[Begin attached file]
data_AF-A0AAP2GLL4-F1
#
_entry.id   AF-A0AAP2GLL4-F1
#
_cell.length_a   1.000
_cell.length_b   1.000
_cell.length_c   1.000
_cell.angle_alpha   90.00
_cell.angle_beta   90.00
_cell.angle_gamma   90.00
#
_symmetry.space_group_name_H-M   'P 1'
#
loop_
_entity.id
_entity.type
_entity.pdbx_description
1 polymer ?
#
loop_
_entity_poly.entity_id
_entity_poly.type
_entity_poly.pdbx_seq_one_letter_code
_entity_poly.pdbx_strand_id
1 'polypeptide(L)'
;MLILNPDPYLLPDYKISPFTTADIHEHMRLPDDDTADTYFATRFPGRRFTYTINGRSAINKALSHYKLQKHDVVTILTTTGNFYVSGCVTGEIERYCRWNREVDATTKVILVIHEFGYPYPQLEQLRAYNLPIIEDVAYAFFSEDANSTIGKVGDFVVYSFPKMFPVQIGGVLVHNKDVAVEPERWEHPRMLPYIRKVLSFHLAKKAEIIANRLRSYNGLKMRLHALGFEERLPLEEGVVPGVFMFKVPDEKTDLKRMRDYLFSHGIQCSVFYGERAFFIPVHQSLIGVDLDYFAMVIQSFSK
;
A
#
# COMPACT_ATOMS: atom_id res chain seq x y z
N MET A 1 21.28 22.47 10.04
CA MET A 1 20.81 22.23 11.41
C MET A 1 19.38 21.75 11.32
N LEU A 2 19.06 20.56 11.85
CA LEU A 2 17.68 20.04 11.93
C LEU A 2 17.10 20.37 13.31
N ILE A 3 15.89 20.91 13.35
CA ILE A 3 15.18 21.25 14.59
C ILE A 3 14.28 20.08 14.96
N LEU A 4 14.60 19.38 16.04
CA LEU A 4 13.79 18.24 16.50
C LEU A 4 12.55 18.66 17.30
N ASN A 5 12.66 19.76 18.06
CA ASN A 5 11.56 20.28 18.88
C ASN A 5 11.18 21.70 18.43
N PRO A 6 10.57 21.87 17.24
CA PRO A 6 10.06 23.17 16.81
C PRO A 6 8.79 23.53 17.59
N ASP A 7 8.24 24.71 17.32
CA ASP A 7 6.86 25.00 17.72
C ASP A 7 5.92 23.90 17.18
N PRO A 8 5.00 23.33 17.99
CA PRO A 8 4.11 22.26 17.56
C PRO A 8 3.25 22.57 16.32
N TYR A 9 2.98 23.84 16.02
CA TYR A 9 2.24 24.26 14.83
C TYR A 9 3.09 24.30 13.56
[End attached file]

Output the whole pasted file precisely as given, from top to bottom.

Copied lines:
data_AF-A0AAP2GLL4-F1
#
_entry.id   AF-A0AAP2GLL4-F1
#
_cell.length_a   1.000
_cell.length_b   1.000
_cell.length_c   1.000
_cell.angle_alpha   90.00
_cell.angle_beta   90.00
_cell.angle_gamma   90.00
#
_symmetry.space_group_name_H-M   'P 1'
#
loop_
_entity.id
_entity.type
_entity.pdbx_description
1 polymer ?
#
loop_
_entity_poly.entity_id
_entity_poly.type
_entity_poly.pdbx_seq_one_letter_code
_entity_poly.pdbx_strand_id
1 'polypeptide(L)'
;MLILNPDPYLLPDYKISPFTTADIHEHMRLPDDDTADTYFATRFPGRRFTYTINGRSAINKALSHYKLQKHDVVTILTTTGNFYVSGCVTGEIERYCRWNREVDATTKVILVIHEFGYPYPQLEQLRAYNLPIIEDVAYAFFSEDANSTIGKVGDFVVYSFPKMFPVQIGGVLVHNKDVAVEPERWEHPRMLPYIRKVLSFHLAKKAEIIANRLRSYNGLKMRLHALGFEERLPLEEGVVPGVFMFKVPDEKTDLKRMRDYLFSHGIQCSVFYGERAFFIPVHQSLIGVDLDYFAMVIQSFSK
;
A
#
# COMPACT_ATOMS: atom_id res chain seq x y z
N MET A 1 21.28 22.47 10.04
CA MET A 1 20.81 22.23 11.41
C MET A 1 19.38 21.75 11.32
N LEU A 2 19.06 20.56 11.85
CA LEU A 2 17.68 20.04 11.93
C LEU A 2 17.10 20.37 13.31
N ILE A 3 15.89 20.91 13.35
CA ILE A 3 15.18 21.25 14.59
C ILE A 3 14.28 20.08 14.96
N LEU A 4 14.60 19.38 16.04
CA LEU A 4 13.79 18.24 16.50
C LEU A 4 12.55 18.66 17.30
N ASN A 5 12.66 19.76 18.06
CA ASN A 5 11.56 20.28 18.88
C ASN A 5 11.18 21.70 18.43
N PRO A 6 10.57 21.87 17.24
CA PRO A 6 10.06 23.17 16.81
C PRO A 6 8.79 23.53 17.59
N ASP A 7 8.24 24.71 17.32
CA ASP A 7 6.86 25.00 17.72
C ASP A 7 5.92 23.90 17.18
N PRO A 8 5.00 23.33 17.99
CA PRO A 8 4.11 22.26 17.56
C PRO A 8 3.25 22.57 16.32
N TYR A 9 2.98 23.84 16.02
CA TYR A 9 2.24 24.26 14.83
C TYR A 9 3.09 24.30 13.56